Slaying the dragons of fake news and plagiarism through academic honesty

The Ostrava International School (TOIS) empowers students to uphold the values of academic integrity and fairness. Staff

Written by Staff Published on 26.08.2021 15:00:00 (updated on 19.04.2023) Reading time: 5 minutes

As schools around the world continue to integrate online resources into daily teaching and learning practice, educators have become even more aware of how surprisingly easy it can be for students to fall into the traps of plagiarism, collusion, or unauthorized use of information found on the Internet.

The current environment of fake news, misinformation, hyperbole, and other distractions makes it increasingly difficult for even the most dedicated students to find usable information, make meaningful connections, and produce a truthful work of their own.

The Ostrava International School (TOIS) became one of the first schools in Europe to face this head-on and appoint an Academic Honesty Coordinator, to put in place a pro-active and supportive Academic Honesty program.

We reached out to Lasse Nielsen, who took on the role of TOIS Academic Honesty Coordinator in 2019, and has since become an acknowledged leader in the International Schools community for his approach to helping students understand the power of developing and taking credit for their own thoughts, and avoiding the professional and academic minefields of just “letting things slide.”

Stronger Focus on Guidance Rather than Punishment

“The truth is that many students are simply never exposed to the concept of Academic Honesty in any meaningful way,” says Nielsen. “In fact, very often, students come to our school from environments, both at school and at home, where they are actually encouraged to cheat or bend the rules a bit. We try to help the students understand that that kind of short-term gain works against them in the long run.”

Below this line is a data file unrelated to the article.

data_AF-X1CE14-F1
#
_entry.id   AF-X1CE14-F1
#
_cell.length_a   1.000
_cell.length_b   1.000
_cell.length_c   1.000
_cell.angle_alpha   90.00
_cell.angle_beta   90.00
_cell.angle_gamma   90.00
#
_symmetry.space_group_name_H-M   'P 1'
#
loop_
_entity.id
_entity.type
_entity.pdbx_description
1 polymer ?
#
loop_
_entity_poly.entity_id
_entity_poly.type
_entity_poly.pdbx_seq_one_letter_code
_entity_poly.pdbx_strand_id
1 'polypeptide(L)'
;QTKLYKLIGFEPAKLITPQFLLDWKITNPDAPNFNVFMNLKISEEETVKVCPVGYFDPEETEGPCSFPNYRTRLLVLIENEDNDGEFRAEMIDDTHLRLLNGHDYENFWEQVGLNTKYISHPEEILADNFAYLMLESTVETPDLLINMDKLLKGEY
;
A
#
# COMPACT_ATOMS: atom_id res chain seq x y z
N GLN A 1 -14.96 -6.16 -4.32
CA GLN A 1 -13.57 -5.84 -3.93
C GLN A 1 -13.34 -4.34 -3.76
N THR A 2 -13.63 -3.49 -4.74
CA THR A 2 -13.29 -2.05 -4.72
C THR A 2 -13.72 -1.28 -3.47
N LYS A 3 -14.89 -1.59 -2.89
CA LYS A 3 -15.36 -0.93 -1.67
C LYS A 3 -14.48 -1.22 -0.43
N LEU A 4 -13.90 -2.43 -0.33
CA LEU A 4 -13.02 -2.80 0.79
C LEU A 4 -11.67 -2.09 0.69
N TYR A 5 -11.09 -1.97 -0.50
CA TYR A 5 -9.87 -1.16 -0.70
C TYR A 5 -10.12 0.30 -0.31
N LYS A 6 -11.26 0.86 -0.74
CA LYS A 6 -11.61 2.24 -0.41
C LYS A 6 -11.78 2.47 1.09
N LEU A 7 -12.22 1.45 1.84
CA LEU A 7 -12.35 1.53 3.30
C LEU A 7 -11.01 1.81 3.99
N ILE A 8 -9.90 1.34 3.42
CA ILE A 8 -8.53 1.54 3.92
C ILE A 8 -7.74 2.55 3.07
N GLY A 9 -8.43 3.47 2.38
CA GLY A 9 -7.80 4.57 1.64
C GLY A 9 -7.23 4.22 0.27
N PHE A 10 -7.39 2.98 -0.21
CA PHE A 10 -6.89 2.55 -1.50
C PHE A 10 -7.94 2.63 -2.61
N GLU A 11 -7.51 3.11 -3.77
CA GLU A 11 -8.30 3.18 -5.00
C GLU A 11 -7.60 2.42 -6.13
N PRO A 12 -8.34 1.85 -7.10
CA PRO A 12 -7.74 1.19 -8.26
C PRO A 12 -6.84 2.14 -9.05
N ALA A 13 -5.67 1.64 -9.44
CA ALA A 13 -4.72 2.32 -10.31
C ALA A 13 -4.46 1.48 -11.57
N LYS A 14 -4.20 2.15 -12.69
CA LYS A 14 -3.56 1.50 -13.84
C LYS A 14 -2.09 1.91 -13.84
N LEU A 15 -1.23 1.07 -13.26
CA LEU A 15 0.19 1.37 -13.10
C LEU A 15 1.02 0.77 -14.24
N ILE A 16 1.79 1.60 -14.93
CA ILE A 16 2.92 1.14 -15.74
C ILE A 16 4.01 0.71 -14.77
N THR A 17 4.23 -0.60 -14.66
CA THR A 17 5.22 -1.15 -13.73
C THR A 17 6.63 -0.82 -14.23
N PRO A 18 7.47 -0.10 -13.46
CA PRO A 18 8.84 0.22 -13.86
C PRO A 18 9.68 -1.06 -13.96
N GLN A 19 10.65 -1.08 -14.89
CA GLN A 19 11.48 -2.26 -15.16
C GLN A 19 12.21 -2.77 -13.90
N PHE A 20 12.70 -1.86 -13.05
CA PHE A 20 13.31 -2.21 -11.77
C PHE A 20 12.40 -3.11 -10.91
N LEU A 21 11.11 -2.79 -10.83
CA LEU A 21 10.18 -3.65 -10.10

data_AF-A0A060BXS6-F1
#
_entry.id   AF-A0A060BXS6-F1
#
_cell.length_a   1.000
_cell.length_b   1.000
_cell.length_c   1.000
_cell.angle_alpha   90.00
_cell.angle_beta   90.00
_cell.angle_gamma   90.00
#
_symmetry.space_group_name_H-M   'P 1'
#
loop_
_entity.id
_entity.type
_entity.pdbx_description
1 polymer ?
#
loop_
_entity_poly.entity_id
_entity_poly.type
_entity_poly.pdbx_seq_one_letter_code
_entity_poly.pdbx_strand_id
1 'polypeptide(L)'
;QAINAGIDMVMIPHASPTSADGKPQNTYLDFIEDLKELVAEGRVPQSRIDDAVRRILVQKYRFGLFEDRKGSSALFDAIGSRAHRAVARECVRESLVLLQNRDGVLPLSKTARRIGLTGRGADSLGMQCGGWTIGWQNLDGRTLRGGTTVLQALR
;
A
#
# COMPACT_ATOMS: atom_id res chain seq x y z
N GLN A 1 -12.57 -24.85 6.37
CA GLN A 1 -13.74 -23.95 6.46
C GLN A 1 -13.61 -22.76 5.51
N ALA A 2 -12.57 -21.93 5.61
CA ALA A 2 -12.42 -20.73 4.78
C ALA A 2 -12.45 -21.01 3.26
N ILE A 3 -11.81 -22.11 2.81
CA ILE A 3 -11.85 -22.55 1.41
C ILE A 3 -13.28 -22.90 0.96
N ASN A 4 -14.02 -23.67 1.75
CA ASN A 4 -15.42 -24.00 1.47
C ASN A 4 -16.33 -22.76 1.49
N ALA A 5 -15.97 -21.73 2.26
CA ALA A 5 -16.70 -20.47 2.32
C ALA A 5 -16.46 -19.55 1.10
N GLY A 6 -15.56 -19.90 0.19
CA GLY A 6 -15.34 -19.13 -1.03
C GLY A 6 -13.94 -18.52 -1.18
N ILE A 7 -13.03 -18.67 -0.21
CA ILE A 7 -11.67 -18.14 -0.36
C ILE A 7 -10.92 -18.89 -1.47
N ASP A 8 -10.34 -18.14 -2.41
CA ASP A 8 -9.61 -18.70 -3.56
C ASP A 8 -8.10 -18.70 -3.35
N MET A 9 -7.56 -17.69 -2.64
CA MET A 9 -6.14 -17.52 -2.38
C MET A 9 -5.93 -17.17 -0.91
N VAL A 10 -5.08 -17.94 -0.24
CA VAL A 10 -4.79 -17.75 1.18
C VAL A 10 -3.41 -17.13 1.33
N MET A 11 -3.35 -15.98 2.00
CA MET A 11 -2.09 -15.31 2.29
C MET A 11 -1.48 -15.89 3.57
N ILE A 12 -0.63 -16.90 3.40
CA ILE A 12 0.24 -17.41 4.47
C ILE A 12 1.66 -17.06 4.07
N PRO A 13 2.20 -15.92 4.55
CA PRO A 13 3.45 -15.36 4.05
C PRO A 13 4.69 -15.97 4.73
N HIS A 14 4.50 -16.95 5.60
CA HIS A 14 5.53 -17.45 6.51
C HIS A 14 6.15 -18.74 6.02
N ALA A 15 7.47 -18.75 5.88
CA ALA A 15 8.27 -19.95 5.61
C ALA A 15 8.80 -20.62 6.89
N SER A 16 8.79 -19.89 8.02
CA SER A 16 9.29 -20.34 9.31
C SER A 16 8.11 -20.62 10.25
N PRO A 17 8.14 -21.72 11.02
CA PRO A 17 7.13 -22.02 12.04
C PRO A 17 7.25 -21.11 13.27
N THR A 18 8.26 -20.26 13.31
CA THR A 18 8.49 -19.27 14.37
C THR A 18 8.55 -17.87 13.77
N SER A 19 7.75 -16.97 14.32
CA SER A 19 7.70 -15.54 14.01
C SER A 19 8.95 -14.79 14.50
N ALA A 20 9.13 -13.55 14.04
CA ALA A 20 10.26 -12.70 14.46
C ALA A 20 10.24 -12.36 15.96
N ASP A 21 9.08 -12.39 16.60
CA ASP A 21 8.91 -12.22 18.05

In analyzing the core reasons behind academic dishonesty at school between 2017-2019, Nielsen was surprised to discover that violations were unintentional over 70% of the time.

“This was a startling revelation to us, and totally shifted the way we approached working with our students. Rather than focusing on punishing the violators, we decided to celebrate the research and learning process. We came to understand that we must equip our students with the right tools so that they can enjoy the path of discovering, making connections and achieving something truly their own,” said Nielsen.

Today, the staff at TOIS gets trained regularly in Academic Honesty, and then works quickly to empower new students to take pride in their work and express themselves. To start with, students of all ages look at the difference between intentional and unintentional dishonesty.

For younger students, this can take the form of ethical grounding through stories, animation, play-acting, and perhaps surprisingly, conferences with those parents who have a tendency to help their children a little too much with their homework and assignments.

“We look at it as a form of empowerment so that kids have the tools to make the right choices,” said Renáta Paličková, the TOIS Head of Primary School.